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I am just getting started with Ruby on Rails. Coming from the Java world, one thing that I am wondering is how do Ruby/Rails developers find out where methods are actually defined.

I am used to just clicking on the method in Eclipse to find where is is defined even in third party libraries (supposing I have the source code).

A concrete example: I am trying to find out how the Authlogic gem apparently changes the constructor of my User class to require an additional parameter (called :password_confirmation) even though the User class doesn't even inherit from anything related to Authlogic.

Probably I am just overlooking something really obvious here (or maybe I still can't wrap my head around the whole "convention over configuration" thing ;-))

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up vote 10 down vote accepted

The Pry gem is designed precisely for this kind of explorative use-case.

Pry is an interactive shell that lets you navigate your way around a program's source-code using shell-like commands such as cd and ls.

You can pull the documentation for any method you encounter and even view the source code, including the native C code in some cases (with the pry-doc plugin). You can even jump directly to the file/line where a particular method is defined with the edit-method command. The show-method and show-doc commands also display the precise location of the method they're acting on.

Watch the railscast screencast for more information.

Here are some examples below:

pry(main)> show-doc OpenStruct#initialize

From: /Users/john/.rvm/rubies/ruby-1.9.2-p180/lib/ruby/1.9.1/ostruct.rb @ line 46:
Number of lines: 11

visibility:  private
signature:  initialize(hash=?)

Create a new OpenStruct object.  The optional hash, if given, will
generate attributes and values.  For example.

  require 'ostruct'
  hash = { "country" => "Australia", :population => 20_000_000 }
  data = OpenStruct.new(hash)

  p data        # -> <OpenStruct country="Australia" population=20000000>

By default, the resulting OpenStruct object will have no attributes.


You can also look up sourcecode with the show-method command:

pry(main)> show-method OpenStruct#initialize

From: /Users/john/.rvm/rubies/ruby-1.9.2-p180/lib/ruby/1.9.1/ostruct.rb @ line 46:
Number of lines: 9

def initialize(hash=nil)
  @table = {}
  if hash
    for k,v in hash
      @table[k.to_sym] = v

See http://pry.github.com for more information :)

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thanks, I will definitely try pry... maybe that will help me adapt faster to dynamic programming languages =) – Hendrik Aug 23 '11 at 16:40

It's slightly difficult to quickly find the method location for dynamic languages like Ruby.

You can use object.methods or object.instance_methods to quickly find out the methods.

If you are using Ruby 1.9, you can do something like this:


For more information on source_location - click here

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the link 'click here' is broken now. – Alessandro DS Sep 4 '15 at 12:53

None of people advising Pry gem mentionned the method called find-method, which is probably what author was looking for.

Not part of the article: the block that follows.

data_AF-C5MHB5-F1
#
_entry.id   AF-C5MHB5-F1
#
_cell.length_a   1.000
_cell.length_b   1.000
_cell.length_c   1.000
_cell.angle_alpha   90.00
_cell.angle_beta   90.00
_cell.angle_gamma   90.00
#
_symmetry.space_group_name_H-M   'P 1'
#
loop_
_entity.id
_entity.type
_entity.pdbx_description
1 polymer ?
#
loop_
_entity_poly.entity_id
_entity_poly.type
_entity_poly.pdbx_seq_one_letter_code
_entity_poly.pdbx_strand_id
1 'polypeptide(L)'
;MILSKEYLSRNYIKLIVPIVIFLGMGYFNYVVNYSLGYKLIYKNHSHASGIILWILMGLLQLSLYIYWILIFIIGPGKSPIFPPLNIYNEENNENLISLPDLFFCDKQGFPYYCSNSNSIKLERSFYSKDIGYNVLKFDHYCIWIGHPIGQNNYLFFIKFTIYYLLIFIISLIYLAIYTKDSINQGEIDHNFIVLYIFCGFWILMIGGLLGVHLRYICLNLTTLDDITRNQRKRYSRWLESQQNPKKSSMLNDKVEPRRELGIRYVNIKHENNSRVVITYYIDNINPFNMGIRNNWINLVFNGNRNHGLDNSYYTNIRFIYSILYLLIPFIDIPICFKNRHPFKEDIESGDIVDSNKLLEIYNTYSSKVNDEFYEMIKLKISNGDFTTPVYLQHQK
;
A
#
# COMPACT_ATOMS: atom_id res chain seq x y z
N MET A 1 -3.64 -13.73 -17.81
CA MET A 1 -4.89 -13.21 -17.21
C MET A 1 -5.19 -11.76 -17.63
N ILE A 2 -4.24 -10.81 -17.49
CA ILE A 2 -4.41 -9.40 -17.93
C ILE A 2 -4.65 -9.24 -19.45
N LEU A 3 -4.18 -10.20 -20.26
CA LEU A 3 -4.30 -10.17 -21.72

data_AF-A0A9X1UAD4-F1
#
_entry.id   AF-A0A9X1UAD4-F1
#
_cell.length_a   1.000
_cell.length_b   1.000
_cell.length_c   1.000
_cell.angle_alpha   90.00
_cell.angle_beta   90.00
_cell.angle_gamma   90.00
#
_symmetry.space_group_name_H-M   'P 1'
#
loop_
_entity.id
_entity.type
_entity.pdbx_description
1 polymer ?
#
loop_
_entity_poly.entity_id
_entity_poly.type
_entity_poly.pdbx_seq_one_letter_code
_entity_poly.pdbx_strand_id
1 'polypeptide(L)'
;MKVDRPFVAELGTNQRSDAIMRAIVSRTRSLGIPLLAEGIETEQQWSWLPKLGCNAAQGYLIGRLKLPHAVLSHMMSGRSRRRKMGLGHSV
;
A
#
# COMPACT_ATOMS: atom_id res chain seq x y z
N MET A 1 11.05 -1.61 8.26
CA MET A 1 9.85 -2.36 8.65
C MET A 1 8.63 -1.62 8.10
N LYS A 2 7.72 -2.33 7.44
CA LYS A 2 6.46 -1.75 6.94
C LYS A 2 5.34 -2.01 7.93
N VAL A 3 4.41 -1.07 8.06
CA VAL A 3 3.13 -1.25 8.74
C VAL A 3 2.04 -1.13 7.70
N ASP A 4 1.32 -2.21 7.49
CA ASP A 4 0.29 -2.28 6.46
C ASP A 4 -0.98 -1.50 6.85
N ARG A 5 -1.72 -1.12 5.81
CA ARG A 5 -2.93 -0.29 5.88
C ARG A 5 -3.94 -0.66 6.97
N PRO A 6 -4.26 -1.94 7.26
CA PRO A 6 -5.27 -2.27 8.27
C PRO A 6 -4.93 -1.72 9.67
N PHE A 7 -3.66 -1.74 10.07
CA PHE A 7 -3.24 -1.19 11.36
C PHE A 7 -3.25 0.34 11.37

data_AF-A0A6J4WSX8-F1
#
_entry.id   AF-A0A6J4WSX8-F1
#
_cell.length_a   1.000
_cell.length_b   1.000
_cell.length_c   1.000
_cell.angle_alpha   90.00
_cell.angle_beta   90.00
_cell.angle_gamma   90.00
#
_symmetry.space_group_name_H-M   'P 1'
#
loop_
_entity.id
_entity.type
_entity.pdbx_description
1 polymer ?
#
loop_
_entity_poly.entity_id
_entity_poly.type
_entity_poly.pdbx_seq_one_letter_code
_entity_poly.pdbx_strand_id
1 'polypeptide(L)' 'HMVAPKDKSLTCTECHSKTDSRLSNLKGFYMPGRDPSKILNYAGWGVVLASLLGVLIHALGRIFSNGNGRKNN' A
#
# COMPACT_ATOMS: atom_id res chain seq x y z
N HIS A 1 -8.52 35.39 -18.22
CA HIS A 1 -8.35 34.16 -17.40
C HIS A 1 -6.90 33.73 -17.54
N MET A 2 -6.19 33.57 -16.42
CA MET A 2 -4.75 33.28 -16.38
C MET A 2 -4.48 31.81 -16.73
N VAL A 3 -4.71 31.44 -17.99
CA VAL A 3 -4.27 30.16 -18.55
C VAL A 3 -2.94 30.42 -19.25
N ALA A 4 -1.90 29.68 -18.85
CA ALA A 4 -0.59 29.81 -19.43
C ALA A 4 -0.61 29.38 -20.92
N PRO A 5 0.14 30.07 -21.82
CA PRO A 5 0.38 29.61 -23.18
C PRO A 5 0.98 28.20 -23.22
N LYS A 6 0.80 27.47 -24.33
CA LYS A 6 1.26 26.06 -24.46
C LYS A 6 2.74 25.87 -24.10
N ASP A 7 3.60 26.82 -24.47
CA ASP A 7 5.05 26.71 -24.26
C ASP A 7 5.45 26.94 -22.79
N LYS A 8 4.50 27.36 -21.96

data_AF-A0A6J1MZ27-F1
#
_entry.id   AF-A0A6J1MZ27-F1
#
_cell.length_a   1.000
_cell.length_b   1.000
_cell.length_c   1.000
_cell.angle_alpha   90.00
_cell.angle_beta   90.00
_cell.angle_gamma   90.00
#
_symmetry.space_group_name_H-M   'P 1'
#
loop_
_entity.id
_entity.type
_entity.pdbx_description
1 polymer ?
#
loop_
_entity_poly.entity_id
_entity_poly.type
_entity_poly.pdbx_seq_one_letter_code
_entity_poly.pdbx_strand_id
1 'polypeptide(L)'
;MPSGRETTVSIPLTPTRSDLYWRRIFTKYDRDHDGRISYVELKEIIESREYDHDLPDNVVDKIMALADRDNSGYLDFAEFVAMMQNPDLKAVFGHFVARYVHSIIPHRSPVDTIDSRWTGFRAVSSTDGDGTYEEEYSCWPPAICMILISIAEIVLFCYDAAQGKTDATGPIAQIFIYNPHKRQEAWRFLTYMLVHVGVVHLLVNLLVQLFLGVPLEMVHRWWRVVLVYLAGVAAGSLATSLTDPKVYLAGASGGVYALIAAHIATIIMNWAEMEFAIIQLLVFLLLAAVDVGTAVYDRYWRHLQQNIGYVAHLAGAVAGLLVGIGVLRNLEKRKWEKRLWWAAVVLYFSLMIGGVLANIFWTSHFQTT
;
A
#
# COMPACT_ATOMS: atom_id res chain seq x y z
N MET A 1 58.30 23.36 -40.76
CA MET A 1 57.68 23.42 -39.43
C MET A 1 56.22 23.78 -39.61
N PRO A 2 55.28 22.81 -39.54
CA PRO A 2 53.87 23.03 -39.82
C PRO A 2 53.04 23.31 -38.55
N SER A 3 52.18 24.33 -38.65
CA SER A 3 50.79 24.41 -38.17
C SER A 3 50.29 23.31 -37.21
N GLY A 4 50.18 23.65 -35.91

Here's the example:

pry(main)> find-method current_user


Then, you can browse the method code by following @banister's tips.

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You could use something like pry. See its railscast also.

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There are several ways to change an existing class. E.g. if you want to modify the String class write:

class String
  def my_custom_method
    puts "hello!"

But there are other options like mixing in modules or adding/modifying methods by using meta-programming.

Anyhow, having some object you can always:

puts obj.methods.inspect

Either do it in your code or use the debugger.

The other option is to read the code. In particular you should read the gem's unit tests (./spec, ...). There are quite a lot of authors stating that unit tests make documentation obsolete.

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In Ruby you can also add both class and instance methods to a given class by using mixins.

Essentially if you have a module you can add its methods to a given class using both include and extend class methods. A brief example on how those works is the following

Module A
  def foo

Module B
  def bar

Class YourClass
  include A
  extend B

p YourClass.new.foo # gives "foo" because the foo method is added as instance method
p YourClass.bar     # gives "baz" because the bar method is added as class method

Because Ruby is a dynamic language, these statements can be used everywhere. So to come to your question there is no need to extend an authlogic class to get its methods. Many plugins uses this instruction when loaded

ActiveRecord::Base.send :include, ModuleName

In this way they tell to every AR object to include some plugin defined module and you get all the methods in AR objects.

Another technique used by many acts_as plugins is to include their modules only when the acts_as call is used in the base class.

Other useful references

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thanks, yes I actually read about this whole mixins business, but only now did I realize how powerful it is and that it is used all the time in all the rails code... – Hendrik Aug 23 '11 at 16:42

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